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On the face of it, there is not one thing in the Green Paper (THE LEARNING AGE - A RENAISSANCE FOR A NEW BRITAIN) with which most responsible citizens could be expected to have major disagreements. For this responsible citizen, however, far too many taken-for-granted assumptions are made, too many questions begged and there is a fundamental flaw in the approach the Green Paper takes.
We are given a vision of the Britain and the Europe the Government wishes to build towards the first decade of the new millennium. A number of key policy initiatives are indicated and partnership arrangements adumbrated as a means to realising that vision. However, apart from highlighting some major deficits that affect if not determine the quality of Britain's economic performance and its position in the world economic league, deficits which are also barriers to employability and competitiveness, threats to social order and that reflect the inability of a large sector of the population to exploit 'the market', the Green Paper appears to presuppose that our starting point is a society that is largely homogenous.
Acknowledgment is given to the social, and even the racial disadvantages experienced by sections of the society, especially with regard to access to learning opportunities and low attainment at the end of formal schooling. But despite all the taken-for-granted statements about active citizenship, not one reference is made to racism, to racial discrimination, to xenophobia, to homophobia, to ageism.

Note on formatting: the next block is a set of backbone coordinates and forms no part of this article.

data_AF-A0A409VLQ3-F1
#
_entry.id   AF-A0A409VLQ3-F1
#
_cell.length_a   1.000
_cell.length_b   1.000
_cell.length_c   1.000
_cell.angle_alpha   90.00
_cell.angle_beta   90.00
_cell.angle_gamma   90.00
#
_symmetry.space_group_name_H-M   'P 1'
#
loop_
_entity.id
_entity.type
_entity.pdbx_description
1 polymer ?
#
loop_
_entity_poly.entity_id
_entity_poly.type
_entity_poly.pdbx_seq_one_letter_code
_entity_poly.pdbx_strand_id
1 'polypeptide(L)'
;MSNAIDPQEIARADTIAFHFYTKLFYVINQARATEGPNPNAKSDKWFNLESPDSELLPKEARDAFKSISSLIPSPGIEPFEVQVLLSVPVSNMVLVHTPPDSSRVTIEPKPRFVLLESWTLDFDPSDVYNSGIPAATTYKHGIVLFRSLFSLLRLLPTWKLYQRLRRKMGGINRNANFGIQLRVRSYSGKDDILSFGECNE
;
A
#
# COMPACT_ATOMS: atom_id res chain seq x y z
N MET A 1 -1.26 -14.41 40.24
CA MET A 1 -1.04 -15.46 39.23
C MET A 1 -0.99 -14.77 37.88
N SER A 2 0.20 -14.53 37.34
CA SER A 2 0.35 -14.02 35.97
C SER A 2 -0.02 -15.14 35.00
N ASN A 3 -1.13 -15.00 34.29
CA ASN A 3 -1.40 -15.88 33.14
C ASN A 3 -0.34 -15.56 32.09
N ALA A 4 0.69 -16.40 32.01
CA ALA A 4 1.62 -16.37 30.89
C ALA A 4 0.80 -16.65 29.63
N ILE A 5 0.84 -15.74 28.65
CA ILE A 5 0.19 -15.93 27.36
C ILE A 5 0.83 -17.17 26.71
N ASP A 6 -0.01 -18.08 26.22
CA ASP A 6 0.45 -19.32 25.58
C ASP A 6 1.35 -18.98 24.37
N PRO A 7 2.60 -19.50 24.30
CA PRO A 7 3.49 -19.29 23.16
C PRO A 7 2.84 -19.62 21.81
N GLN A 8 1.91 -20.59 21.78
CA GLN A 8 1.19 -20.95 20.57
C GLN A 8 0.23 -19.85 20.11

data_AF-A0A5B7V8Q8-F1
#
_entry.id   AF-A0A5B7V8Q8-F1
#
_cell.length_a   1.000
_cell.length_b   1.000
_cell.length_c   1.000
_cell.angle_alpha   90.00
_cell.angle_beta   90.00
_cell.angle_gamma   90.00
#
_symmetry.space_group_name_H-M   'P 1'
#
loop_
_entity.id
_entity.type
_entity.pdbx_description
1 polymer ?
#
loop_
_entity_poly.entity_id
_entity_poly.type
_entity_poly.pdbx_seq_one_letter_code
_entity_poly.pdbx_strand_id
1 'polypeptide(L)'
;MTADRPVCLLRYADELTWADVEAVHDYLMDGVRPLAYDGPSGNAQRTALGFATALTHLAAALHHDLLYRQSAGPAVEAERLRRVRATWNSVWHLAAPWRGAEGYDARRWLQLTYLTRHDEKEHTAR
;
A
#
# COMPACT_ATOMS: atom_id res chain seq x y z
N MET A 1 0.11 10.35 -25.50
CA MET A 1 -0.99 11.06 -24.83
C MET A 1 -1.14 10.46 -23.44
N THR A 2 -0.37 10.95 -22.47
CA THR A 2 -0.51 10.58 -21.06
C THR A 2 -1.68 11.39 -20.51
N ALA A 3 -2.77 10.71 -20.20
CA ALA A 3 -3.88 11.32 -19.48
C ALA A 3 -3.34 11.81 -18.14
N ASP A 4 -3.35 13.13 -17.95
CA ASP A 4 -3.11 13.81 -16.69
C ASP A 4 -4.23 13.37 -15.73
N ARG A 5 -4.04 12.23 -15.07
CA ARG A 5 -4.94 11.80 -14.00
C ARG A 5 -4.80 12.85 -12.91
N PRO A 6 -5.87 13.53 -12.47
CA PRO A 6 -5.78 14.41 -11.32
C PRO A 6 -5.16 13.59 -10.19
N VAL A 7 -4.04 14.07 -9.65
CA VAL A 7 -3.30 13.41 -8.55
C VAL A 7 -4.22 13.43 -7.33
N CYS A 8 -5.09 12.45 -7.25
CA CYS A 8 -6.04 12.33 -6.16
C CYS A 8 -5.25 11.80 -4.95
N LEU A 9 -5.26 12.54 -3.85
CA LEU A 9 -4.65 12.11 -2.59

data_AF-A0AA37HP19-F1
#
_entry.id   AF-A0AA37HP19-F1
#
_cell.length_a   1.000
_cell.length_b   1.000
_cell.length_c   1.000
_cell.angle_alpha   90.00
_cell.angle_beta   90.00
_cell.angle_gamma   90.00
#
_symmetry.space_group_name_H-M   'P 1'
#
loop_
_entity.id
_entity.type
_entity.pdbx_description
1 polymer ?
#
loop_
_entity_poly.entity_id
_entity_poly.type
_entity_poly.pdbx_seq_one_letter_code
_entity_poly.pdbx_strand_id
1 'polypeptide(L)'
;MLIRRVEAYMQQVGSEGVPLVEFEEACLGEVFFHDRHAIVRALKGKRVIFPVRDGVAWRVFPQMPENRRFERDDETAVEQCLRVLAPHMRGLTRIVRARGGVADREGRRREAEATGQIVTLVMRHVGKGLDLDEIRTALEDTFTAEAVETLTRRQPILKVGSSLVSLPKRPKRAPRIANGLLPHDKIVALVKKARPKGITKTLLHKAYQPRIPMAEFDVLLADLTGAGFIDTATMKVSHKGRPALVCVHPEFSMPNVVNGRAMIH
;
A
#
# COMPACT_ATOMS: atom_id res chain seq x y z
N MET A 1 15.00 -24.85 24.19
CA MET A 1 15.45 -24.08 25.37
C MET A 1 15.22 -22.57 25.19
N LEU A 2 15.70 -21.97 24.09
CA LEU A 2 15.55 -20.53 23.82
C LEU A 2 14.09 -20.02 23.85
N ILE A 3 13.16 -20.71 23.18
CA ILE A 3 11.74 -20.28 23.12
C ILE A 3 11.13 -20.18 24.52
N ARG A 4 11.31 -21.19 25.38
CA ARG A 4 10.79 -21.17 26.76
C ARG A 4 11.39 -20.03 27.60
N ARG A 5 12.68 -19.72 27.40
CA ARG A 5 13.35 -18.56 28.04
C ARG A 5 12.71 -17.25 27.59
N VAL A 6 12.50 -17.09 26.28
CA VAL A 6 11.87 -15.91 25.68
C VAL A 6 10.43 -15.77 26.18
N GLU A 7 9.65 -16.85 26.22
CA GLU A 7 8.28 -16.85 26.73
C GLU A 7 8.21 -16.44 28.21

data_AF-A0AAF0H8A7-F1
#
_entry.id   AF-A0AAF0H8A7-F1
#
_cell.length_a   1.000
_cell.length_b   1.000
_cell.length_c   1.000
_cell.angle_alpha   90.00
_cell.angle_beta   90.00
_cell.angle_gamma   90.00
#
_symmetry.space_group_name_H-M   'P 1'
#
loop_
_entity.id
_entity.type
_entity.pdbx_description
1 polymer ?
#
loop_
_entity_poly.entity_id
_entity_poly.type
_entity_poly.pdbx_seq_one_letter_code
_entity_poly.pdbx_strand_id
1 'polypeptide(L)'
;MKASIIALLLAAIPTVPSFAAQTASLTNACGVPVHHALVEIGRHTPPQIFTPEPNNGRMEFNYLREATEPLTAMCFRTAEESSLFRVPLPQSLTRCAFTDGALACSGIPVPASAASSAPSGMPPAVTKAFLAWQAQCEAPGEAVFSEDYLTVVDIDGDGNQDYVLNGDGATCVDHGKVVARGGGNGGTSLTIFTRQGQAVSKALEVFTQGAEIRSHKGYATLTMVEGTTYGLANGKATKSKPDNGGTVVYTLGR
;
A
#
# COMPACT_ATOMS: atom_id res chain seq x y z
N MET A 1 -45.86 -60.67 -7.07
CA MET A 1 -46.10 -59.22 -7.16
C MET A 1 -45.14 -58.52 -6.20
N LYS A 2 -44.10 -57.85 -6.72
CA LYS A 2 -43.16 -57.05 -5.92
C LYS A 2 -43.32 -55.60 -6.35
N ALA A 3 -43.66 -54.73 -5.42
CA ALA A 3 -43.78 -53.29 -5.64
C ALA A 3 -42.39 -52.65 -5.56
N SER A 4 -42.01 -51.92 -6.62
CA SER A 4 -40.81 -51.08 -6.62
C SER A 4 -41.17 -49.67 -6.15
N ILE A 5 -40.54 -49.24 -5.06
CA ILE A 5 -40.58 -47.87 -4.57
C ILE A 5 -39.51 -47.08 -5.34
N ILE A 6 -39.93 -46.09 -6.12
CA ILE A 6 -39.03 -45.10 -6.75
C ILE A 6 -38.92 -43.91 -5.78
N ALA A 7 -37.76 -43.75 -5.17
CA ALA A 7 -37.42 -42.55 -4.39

Unless we own the society we have now, in all its ugliness, and examine the implications of its present state for the vision, the very laudable vision the Government has - unless we do that with courage, with humility, and in the interest of truth - the future we face will not be the future we want, irrespective of the vast potential of lifelong learning.
Rights for the Marginalised
Promoting Active Citizenship and Social Inclusion in Civil Society and Work, therefore, requires a definition of the rights as well as the responsibilities of those groups who, typically, constitute the marginalised and disadvantaged within the society; it also requires a realistic view of their position within the economy. Those groups include: the functionally illiterate (an illiteracy invariably compounded by computer illiteracy), the unwaged, the long term unemployed, school students in the country's worst schools, mentally ill people in communities, young offenders, women on benefit and looking after children or other dependents at home, workers repeatedly displaced from the job market despite several programmes of re-training, black people facing discrimination in various areas of social and institutional life.
Active Citizenship and a truly participatory democracy that involves the nation and not just the few, must be predicated upon the affirmation and the safeguarding of rights and entitlements, and not just exhortations about civic responsibility. Only thus does one create a culture in which all citizens could reasonably be expected to entertain a notion of the common good and of their responsibility to work in support and furtherance of it.
The problem with learning, when it becomes uncoupled from that increasingly esoteric activity called education, is that it reinforces the notion of individualised pursuits for individual gain. And the more learning is facilitated by arrangements such as learning accounts and individual bank accounts, the greater is the tendency to regard the end purpose of it all as having to do with individual advancement and achievement, relative to the rest.